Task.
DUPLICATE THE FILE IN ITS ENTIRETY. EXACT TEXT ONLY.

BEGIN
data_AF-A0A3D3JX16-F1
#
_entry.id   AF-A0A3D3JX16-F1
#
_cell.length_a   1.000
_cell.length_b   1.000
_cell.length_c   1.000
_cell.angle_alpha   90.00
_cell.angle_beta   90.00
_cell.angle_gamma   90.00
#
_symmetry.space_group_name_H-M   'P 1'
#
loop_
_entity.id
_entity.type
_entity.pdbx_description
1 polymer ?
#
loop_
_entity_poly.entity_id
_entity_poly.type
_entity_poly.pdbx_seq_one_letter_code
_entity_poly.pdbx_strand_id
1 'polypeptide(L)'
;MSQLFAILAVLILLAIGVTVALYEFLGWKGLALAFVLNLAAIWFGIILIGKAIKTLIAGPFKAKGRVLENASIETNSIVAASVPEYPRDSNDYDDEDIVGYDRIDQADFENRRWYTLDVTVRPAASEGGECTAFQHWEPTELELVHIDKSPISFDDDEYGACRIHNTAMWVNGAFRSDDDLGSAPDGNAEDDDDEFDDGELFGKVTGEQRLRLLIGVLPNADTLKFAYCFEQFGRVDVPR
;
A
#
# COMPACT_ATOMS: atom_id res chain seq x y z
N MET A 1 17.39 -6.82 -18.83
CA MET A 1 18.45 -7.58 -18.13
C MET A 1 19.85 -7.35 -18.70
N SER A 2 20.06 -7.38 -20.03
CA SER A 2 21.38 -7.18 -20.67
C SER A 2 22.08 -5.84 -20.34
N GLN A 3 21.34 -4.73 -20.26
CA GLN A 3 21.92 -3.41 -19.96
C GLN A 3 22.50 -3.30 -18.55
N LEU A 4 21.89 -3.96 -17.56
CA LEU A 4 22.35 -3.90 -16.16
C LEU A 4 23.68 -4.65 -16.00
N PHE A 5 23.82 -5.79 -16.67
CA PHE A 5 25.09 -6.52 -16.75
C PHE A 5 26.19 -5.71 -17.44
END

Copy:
data_AF-A0A3D3JX16-F1
#
_entry.id   AF-A0A3D3JX16-F1
#
_cell.length_a   1.000
_cell.length_b   1.000
_cell.length_c   1.000
_cell.angle_alpha   90.00
_cell.angle_beta   90.00
_cell.angle_gamma   90.00
#
_symmetry.space_group_name_H-M   'P 1'
#
loop_
_entity.id
_entity.type
_entity.pdbx_description
1 polymer ?
#
loop_
_entity_poly.entity_id
_entity_poly.type
_entity_poly.pdbx_seq_one_letter_code
_entity_poly.pdbx_strand_id
1 'polypeptide(L)'
;MSQLFAILAVLILLAIGVTVALYEFLGWKGLALAFVLNLAAIWFGIILIGKAIKTLIAGPFKAKGRVLENASIETNSIVAASVPEYPRDSNDYDDEDIVGYDRIDQADFENRRWYTLDVTVRPAASEGGECTAFQHWEPTELELVHIDKSPISFDDDEYGACRIHNTAMWVNGAFRSDDDLGSAPDGNAEDDDDEFDDGELFGKVTGEQRLRLLIGVLPNADTLKFAYCFEQFGRVDVPR
;
A
#
# COMPACT_ATOMS: atom_id res chain seq x y z
N MET A 1 17.39 -6.82 -18.83
CA MET A 1 18.45 -7.58 -18.13
C MET A 1 19.85 -7.35 -18.70
N SER A 2 20.06 -7.38 -20.03
CA SER A 2 21.38 -7.18 -20.67
C SER A 2 22.08 -5.84 -20.34
N GLN A 3 21.34 -4.73 -20.26
CA GLN A 3 21.92 -3.41 -19.96
C GLN A 3 22.50 -3.30 -18.55
N LEU A 4 21.89 -3.96 -17.56
CA LEU A 4 22.35 -3.90 -16.16
C LEU A 4 23.68 -4.65 -16.00
N PHE A 5 23.82 -5.79 -16.67
CA PHE A 5 25.09 -6.52 -16.75
C PHE A 5 26.19 -5.71 -17.44